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Our View: Report suggests reasonable approach

Published: Monday, April 14, 2014 10:55 p.m. CDT • Updated: Tuesday, April 15, 2014 7:04 a.m. CDT

Illinois has long had the most units of government in the nation – 6,963 at last count.

Do we need so many taxing districts to provide governmental services across the Land of Lincoln?

Supporters and opponents of the status quo can both find something to cheer in a 90-page report released recently by the Local Government Consolidation Commission, which was created in 2011 by the Illinois General Assembly.

Led by state Rep. Jack Franks, D-Marengo, the commission researched the situation and listened to local government officials.

The report acknowledges those officials’ concerns that the state not mandate consolidation and elimination of units of government, such as townships, municipalities, fire protection districts, library districts, drainage districts, mosquito abatement districts, and the like. In other words, let the decisions be made locally.

The report also points out that “simply reducing the number of local governmental units does not necessarily result in a reduction of costs to the taxpayer,” which is a position long held by those who support the status quo.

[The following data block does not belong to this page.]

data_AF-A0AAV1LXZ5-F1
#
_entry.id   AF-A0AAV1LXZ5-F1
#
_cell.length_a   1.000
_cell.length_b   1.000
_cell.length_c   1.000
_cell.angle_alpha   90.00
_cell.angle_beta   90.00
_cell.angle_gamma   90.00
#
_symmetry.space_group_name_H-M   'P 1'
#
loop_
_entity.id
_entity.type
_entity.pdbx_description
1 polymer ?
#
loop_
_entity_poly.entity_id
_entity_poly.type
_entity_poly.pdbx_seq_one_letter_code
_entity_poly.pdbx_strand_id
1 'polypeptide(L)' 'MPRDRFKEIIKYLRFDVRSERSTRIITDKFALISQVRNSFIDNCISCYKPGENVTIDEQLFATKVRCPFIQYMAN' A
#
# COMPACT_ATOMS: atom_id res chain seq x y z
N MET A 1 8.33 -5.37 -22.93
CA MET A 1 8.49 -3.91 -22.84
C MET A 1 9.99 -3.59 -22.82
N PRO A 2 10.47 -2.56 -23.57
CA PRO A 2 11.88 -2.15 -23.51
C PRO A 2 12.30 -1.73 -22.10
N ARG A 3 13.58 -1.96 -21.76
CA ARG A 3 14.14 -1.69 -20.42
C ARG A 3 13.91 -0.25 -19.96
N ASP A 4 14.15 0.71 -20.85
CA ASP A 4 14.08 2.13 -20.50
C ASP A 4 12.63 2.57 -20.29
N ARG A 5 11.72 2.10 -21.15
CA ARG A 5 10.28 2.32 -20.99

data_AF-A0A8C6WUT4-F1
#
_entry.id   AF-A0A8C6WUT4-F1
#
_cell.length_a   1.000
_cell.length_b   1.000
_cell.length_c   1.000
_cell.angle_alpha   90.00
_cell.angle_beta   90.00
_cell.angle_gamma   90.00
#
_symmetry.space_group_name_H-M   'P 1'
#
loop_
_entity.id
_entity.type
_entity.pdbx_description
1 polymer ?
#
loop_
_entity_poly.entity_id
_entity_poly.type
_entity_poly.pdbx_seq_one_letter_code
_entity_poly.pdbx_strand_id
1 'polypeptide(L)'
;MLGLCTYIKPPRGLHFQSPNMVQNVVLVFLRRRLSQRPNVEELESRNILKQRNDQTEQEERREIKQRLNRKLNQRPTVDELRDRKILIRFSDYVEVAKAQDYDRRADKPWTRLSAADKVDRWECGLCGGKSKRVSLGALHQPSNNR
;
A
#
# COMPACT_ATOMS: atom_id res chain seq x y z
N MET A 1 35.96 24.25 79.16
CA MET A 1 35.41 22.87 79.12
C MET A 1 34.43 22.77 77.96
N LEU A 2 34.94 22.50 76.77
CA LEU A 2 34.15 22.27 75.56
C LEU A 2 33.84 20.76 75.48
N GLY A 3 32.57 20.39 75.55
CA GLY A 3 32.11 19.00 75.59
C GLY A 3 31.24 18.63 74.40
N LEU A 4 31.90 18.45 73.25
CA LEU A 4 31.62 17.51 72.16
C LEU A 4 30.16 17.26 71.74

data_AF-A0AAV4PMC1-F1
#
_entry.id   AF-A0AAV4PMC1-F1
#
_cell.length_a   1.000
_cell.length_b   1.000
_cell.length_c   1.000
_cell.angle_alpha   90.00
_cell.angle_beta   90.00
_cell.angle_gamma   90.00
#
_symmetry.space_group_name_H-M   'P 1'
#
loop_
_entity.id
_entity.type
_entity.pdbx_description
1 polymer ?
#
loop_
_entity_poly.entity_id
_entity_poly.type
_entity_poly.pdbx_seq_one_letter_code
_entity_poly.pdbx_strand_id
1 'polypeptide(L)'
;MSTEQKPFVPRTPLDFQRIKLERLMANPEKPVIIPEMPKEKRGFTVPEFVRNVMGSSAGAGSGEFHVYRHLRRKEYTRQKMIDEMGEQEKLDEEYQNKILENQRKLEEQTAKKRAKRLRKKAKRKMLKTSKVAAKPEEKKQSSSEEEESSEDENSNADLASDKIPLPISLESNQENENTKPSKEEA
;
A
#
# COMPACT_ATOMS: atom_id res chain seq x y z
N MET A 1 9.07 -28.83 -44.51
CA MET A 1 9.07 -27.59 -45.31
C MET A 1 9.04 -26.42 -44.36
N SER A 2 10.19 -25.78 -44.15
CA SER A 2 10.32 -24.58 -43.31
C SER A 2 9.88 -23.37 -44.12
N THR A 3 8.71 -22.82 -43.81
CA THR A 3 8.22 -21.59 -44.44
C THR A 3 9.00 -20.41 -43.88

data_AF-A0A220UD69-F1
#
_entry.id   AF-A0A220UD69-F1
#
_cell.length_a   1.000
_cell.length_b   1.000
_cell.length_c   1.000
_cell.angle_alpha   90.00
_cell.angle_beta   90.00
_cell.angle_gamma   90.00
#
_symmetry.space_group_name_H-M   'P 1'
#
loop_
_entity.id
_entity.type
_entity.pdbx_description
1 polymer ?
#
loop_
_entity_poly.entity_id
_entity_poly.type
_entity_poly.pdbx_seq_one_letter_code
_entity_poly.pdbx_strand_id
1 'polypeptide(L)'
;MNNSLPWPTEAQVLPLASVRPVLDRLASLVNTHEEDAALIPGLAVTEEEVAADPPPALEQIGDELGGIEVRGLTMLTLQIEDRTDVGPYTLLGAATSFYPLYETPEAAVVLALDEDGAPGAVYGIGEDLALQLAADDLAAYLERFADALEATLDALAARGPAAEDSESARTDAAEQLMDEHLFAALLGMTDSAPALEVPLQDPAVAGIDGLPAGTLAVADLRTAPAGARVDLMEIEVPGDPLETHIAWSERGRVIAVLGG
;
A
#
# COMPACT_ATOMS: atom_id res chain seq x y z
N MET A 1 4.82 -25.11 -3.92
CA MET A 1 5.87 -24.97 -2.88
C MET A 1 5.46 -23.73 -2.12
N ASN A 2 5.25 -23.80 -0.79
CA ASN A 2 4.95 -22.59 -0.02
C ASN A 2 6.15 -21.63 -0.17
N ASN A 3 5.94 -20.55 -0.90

Both conclusions appear reasonable.

Equally reasonable are other conclusions that bolster the side of people who think Illinois needs to cut back on its governmental units.

The report found that the duties of some units of government overlap, and that it is very difficult or impossible to eliminate a unit of government, even when its purpose may no longer exist.

As Franks said: “In the private sector, if a company or a corporate division is no longer necessary, it is reconstituted, merged with another division, or eliminated. We need to apply that type of common sense to how we think about government in Illinois.”

The report calls on the Legislature to review its laws so that every taxing body in the state has a legal mechanism, which does not contain unreasonable barriers, to dissolve or consolidate.

One example was given of two contiguous library districts that are prevented from merging because they do not have the same limits on their property tax levies.

In conjunction with the report’s findings, Franks introduced a bill that would eliminate barriers to consolidation so that local governments that wish to merge have the legal authority to do so.

We find that reasonable. Local governments, once established, should not exist in perpetuity with no way to get rid of them.

We support the enactment of Franks’ legislation as a means to pare down the confusing layers of government so that, through greater clarity, the public can keep better watch over how their tax dollars are spent.

We encourage people to consider the question, If Illinoisans started from scratch today, would we create 6,963 units of government to provide necessary services across the state, or would we do it differently?

A better, more efficient way could be found.

Government officials would be wise to review the Local Government Consolidation Commission’s report and voluntarily investigate mergers before budgetary concerns make them a necessity.

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